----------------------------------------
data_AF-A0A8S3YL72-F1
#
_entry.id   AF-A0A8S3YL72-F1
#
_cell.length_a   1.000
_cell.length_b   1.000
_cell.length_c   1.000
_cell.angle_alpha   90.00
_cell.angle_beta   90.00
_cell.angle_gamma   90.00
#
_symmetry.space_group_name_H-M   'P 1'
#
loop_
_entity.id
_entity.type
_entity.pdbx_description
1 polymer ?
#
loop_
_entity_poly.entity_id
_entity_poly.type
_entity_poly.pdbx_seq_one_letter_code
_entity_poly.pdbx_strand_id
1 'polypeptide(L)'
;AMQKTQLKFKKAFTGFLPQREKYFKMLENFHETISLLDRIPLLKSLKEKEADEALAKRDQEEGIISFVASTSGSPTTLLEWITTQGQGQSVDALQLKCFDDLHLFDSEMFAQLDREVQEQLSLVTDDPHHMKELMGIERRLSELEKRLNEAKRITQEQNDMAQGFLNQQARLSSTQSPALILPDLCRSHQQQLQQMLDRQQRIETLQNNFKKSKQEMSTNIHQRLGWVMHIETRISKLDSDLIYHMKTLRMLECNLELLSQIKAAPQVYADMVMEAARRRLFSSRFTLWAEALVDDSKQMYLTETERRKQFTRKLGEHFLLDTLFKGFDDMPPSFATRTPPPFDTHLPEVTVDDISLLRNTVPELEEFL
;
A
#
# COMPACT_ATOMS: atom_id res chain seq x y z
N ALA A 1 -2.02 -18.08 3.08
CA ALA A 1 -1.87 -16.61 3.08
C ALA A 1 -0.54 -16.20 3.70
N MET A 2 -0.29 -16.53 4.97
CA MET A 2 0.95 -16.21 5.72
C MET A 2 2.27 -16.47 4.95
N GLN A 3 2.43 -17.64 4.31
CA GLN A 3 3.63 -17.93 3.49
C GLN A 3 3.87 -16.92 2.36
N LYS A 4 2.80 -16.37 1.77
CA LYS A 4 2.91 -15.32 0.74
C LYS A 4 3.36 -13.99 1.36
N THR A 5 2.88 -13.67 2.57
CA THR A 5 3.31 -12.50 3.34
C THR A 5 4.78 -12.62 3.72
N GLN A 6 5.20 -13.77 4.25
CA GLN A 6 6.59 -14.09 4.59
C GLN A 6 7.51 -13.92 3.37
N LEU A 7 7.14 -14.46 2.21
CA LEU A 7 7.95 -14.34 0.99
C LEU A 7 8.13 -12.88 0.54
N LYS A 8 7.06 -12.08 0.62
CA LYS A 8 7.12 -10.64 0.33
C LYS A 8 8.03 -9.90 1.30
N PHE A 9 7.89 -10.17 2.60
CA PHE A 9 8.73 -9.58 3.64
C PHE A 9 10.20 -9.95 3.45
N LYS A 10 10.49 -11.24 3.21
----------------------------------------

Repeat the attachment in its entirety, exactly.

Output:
data_AF-A0A8S3YL72-F1
#
_entry.id   AF-A0A8S3YL72-F1
#
_cell.length_a   1.000
_cell.length_b   1.000
_cell.length_c   1.000
_cell.angle_alpha   90.00
_cell.angle_beta   90.00
_cell.angle_gamma   90.00
#
_symmetry.space_group_name_H-M   'P 1'
#
loop_
_entity.id
_entity.type
_entity.pdbx_description
1 polymer ?
#
loop_
_entity_poly.entity_id
_entity_poly.type
_entity_poly.pdbx_seq_one_letter_code
_entity_poly.pdbx_strand_id
1 'polypeptide(L)'
;AMQKTQLKFKKAFTGFLPQREKYFKMLENFHETISLLDRIPLLKSLKEKEADEALAKRDQEEGIISFVASTSGSPTTLLEWITTQGQGQSVDALQLKCFDDLHLFDSEMFAQLDREVQEQLSLVTDDPHHMKELMGIERRLSELEKRLNEAKRITQEQNDMAQGFLNQQARLSSTQSPALILPDLCRSHQQQLQQMLDRQQRIETLQNNFKKSKQEMSTNIHQRLGWVMHIETRISKLDSDLIYHMKTLRMLECNLELLSQIKAAPQVYADMVMEAARRRLFSSRFTLWAEALVDDSKQMYLTETERRKQFTRKLGEHFLLDTLFKGFDDMPPSFATRTPPPFDTHLPEVTVDDISLLRNTVPELEEFL
;
A
#
# COMPACT_ATOMS: atom_id res chain seq x y z
N ALA A 1 -2.02 -18.08 3.08
CA ALA A 1 -1.87 -16.61 3.08
C ALA A 1 -0.54 -16.20 3.70
N MET A 2 -0.29 -16.53 4.97
CA MET A 2 0.95 -16.21 5.72
C MET A 2 2.27 -16.47 4.95
N GLN A 3 2.43 -17.64 4.31
CA GLN A 3 3.63 -17.93 3.49
C GLN A 3 3.87 -16.92 2.36
N LYS A 4 2.80 -16.37 1.77
CA LYS A 4 2.91 -15.32 0.74
C LYS A 4 3.36 -13.99 1.36
N THR A 5 2.88 -13.67 2.57
CA THR A 5 3.31 -12.50 3.34
C THR A 5 4.78 -12.62 3.72
N GLN A 6 5.20 -13.77 4.25
CA GLN A 6 6.59 -14.09 4.59
C GLN A 6 7.51 -13.92 3.37
N LEU A 7 7.14 -14.46 2.21
CA LEU A 7 7.95 -14.34 0.99
C LEU A 7 8.13 -12.88 0.54
N LYS A 8 7.06 -12.08 0.62
CA LYS A 8 7.12 -10.64 0.33
C LYS A 8 8.03 -9.90 1.30
N PHE A 9 7.89 -10.17 2.60
CA PHE A 9 8.73 -9.58 3.64
C PHE A 9 10.20 -9.95 3.45
N LYS A 10 10.49 -11.24 3.21